“You must be Kate, the girlfriend, I’ve heard so much about”. Argh. Retreat. FAIL. EPIC FAIL. “No, this is Lauren”. We have all done it: Said the wrong thing at the right moment or the right thing at the wrong moment, depending on how you look at it. And we all try really hard not to do it. It is just so embarrassing and it makes you look bad.
However, when it comes to digital, we do it all the time. We send out wrong messages all the time because we are not getting the context right.
Getting it wrong
Let me give you a small example. A while back, I bought a PlayStation 4 for my kids and in the process I googled information and looked up prices and availability. I finally decided to buy the PlayStation online from supplier X. The week after, I received a newsletter from supplier X with an offer for a new PlayStation 4. In a way, it was the right message, but the timing was completely wrong as I had already bought the thing. However, what would have been great to receive in my mailbox were recommendations of great PS4 games for my kids and maybe a great offer on extra PS4 gear. That would have been highly relevant and valuable information. Anyway, that did not happen, so even though the newsletter was in the ballpark. It was not hitting my seat. Miiiisss.
Getting it right
What would it take for supplier X to get it right?
Firstly, the sales system registering my PlayStation 4 purchase should have been real time aligned with the newsletter content production. A cleverly designed engagement flow should then have been trickered by my PlayStation 4 purchase. Okay, so she bought the PlayStation, now she will be open for buying games and extra gear. Getting this information would have made me a happier customer.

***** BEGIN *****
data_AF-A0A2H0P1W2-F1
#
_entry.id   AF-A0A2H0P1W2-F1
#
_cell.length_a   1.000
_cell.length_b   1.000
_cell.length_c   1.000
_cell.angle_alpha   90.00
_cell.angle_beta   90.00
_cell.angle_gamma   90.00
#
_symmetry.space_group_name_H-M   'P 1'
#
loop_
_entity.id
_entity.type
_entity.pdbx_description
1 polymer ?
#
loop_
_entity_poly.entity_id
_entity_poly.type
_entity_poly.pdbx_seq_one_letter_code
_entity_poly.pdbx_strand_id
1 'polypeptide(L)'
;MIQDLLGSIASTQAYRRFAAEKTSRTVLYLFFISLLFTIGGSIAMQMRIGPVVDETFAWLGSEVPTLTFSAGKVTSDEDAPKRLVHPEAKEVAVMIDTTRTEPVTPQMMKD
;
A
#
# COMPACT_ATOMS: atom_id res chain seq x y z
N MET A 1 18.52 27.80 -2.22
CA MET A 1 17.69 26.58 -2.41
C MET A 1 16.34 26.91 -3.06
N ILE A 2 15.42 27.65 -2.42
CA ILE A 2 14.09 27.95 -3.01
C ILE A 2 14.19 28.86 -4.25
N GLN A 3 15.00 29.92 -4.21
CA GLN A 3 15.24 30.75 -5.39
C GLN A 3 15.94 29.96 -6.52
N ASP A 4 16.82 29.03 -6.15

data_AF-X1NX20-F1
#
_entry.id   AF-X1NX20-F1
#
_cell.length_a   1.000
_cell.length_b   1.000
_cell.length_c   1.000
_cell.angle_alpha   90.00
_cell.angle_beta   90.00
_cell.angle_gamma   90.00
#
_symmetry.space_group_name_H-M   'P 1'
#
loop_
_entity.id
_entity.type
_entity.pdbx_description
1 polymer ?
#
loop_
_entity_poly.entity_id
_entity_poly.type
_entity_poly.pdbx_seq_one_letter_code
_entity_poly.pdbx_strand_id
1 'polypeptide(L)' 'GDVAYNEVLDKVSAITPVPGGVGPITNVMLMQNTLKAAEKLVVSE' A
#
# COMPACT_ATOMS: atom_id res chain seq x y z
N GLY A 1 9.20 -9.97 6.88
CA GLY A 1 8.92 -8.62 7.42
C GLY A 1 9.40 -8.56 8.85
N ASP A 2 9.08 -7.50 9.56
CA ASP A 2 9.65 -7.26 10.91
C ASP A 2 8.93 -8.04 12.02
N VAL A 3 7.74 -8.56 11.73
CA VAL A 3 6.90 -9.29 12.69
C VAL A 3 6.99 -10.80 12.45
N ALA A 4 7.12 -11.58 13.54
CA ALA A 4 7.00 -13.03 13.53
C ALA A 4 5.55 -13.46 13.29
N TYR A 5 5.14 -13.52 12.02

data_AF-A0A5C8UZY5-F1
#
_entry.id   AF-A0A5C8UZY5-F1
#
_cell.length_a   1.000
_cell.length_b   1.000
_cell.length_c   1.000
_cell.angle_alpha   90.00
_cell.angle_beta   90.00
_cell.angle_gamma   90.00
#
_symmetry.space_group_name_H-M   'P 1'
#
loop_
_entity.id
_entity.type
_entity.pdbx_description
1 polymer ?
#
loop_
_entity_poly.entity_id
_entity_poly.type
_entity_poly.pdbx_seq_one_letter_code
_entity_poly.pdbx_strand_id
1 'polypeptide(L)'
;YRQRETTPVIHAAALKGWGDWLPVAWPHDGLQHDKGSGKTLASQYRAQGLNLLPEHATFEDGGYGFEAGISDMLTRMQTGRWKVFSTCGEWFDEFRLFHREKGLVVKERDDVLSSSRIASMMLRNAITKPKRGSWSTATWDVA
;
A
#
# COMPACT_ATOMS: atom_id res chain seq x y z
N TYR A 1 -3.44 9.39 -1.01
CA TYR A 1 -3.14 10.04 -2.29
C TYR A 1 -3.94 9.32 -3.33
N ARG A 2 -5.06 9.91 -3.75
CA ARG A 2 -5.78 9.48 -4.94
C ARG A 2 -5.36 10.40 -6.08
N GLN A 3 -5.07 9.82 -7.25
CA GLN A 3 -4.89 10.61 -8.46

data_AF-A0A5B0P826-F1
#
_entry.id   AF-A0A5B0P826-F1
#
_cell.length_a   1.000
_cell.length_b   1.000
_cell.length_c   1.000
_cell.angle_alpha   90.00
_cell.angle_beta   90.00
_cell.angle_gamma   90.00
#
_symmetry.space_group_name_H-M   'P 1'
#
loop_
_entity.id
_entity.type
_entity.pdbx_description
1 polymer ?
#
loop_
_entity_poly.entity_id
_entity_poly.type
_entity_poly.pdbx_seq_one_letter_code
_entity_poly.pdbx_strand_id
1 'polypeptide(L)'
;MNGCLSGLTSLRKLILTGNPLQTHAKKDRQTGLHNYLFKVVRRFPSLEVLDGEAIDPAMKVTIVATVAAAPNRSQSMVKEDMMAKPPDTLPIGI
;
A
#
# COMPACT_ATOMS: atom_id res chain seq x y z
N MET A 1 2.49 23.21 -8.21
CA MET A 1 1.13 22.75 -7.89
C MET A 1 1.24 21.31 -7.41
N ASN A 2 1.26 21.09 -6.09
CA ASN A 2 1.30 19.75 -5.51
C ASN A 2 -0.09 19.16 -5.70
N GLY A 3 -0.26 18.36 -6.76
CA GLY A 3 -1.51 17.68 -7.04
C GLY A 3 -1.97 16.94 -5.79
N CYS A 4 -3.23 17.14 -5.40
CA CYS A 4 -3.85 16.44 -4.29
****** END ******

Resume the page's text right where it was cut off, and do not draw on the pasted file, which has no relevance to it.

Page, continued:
However doing that is not as easy as it might sound.
Integrating systems, like the shop sales system and the online sales system with the e-mail system, is not easy and it can be costly. Not to mention, that these systems need to be decent to begin with and not some old c… (sorry)
Also you need someone to create the engagement flow and make great and relevant content. That is not easy either. It requires strategy and resources to nail it.
In addition, the management of a company might not even see the sense in doing it, because no one made a decent business case explaining why it makes economic sense.
Do you have a plan?
Okay, so it is not easy getting it right. But that is not the same as saying you should not do it.
If you deliver the right message at the right time you will get higher conversion rates and strengthen your brand at the same time. By getting the context right, you will be seen as a real helper not as someone who is making noise. Who would you prefer to buy from?
So what is your plan? What can you do to get the context right? Maybe you should start with that business case….
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